Also to this point, is that when you say “...if you do not have sight, touch, smell...” and so on, then you need to study more about what Buddhism teaches, because there is a difference between, for example, the faculty of sight and the awareness of sight.
This is something that you can explore this very minute:
Your eyesight functions by light reflecting off objects and entering your eyeballs.
If you close your eyes and cover them so that you block out all light, what do you see with your eyes? Can you see anything? No. You could also achieve this by going into a totally dark, light-proof room. You can’t see anything.
But, how do you know that you can’t see anything? How are you able to tell that you can’t see anything if your eyes aren’t able to function?
It’s because of awareness, or on this case, eye-consciousness.

Thus, as the previous reply (above) suggested, you can see and hear and feel things in dreams.
So, by doing this simple experiment, you can establish for yourself that sensory consciousness (in this case, awareness of vision) exists and function even if you “do not have”, as you say, the function of sight, etc.
Actually, “do not have” isn’t really a useful way of understanding, because it doesn’t make s distinction between, for example, eyes, eye function, and eye-consciousness.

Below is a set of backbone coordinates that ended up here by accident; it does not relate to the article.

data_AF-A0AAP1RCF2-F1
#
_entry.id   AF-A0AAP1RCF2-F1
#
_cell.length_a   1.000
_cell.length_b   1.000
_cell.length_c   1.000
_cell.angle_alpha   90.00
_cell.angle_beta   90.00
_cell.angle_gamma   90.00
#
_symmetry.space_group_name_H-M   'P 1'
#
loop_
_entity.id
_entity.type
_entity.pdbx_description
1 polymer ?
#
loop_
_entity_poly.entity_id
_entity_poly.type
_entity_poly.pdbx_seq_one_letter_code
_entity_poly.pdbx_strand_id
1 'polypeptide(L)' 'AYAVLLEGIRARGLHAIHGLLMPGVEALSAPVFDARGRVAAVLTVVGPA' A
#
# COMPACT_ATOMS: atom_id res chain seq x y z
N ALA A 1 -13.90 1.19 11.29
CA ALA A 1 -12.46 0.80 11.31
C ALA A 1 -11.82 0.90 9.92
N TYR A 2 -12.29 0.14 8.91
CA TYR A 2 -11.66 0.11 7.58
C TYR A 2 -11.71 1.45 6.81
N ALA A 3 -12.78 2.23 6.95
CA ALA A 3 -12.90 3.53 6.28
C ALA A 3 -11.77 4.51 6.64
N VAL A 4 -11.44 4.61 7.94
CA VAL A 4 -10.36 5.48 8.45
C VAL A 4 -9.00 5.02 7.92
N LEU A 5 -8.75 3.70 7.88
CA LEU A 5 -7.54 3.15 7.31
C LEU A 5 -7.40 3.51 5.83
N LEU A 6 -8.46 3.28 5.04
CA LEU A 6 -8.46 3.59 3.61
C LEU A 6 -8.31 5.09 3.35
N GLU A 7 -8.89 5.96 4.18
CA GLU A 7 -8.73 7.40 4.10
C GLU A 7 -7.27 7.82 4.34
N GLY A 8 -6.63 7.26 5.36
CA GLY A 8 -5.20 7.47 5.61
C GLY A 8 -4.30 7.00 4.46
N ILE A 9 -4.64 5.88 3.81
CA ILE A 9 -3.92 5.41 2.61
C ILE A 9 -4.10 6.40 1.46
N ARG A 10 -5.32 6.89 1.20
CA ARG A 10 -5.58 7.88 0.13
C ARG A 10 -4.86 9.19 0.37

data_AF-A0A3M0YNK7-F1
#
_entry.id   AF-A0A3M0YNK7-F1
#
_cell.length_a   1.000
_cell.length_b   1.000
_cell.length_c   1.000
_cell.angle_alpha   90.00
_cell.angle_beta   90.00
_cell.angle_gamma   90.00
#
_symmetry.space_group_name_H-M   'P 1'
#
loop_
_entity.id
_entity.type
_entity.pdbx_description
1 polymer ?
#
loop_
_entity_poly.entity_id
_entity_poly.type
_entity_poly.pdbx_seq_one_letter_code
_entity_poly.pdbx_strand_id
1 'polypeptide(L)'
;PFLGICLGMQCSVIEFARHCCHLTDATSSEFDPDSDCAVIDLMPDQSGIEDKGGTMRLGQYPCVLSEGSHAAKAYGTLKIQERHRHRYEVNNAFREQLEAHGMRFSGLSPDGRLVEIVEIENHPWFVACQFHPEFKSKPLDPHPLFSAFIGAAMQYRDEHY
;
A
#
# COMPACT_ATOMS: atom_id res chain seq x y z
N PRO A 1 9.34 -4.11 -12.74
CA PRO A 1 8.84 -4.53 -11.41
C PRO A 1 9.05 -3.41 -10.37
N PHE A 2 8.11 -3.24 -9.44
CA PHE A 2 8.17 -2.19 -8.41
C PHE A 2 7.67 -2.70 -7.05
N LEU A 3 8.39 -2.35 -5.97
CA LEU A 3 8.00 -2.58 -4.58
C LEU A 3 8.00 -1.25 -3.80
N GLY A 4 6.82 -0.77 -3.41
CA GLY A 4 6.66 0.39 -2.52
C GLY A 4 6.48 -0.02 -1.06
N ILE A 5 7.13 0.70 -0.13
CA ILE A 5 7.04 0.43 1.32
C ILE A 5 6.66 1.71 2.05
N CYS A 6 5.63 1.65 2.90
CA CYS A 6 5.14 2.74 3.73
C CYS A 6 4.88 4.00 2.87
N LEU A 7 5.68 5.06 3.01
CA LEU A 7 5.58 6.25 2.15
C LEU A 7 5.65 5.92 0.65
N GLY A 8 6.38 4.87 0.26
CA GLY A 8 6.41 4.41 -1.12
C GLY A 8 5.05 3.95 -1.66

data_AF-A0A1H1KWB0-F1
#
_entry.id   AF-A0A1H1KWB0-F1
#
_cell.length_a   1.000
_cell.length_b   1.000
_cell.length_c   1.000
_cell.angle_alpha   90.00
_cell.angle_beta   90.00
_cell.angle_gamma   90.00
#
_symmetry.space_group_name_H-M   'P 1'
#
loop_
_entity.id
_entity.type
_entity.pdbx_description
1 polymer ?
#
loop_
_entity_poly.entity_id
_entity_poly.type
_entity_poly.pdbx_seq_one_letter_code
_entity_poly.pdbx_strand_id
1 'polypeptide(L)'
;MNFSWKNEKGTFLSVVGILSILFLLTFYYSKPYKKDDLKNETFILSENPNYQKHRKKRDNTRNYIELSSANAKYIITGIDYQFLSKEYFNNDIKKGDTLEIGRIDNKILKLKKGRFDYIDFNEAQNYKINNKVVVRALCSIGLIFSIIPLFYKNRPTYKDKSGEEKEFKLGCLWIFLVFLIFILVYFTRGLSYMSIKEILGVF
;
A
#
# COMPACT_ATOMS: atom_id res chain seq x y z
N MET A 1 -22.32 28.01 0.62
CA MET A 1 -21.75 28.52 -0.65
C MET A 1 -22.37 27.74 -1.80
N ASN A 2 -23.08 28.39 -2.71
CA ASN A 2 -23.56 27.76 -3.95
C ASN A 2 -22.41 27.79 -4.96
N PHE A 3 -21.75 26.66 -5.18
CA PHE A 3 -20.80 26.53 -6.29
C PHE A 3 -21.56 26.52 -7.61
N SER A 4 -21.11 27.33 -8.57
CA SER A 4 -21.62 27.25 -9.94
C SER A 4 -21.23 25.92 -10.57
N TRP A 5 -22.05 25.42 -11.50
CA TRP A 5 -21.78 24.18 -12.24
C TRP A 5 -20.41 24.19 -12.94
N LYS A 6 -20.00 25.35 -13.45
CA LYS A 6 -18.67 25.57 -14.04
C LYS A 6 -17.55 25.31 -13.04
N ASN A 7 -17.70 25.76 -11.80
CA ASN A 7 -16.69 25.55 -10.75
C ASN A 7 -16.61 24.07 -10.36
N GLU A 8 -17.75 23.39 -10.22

But it also assumes that there is an actual “self” that is required, which then possesses the awareness, the function of sight, and so on.
As long as you think that a “self” is required first, in order to then have awareness, and don’t realize that it’s really the other way around, that the experience of “self” actually arises afterwards, as a kind of confused interpretation of awareness (awareness comes first), then what Buddha-hood is will never make any sense to you.

I would recommend looking up:
“ Skandhas”
Are you saying that a Buddha has awareness of eyesight ?and I know what skandhas are how does that fit into this?
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PadmaVonSamba
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Re: What is final nirvana in the Tibetan tradition?

Post by PadmaVonSamba »

Artziebetter1 wrote: Wed Oct 21, 2020 9:02 pm Are you saying that a Buddha has awareness of eyesight ?and I know what skandhas are how does that fit into this?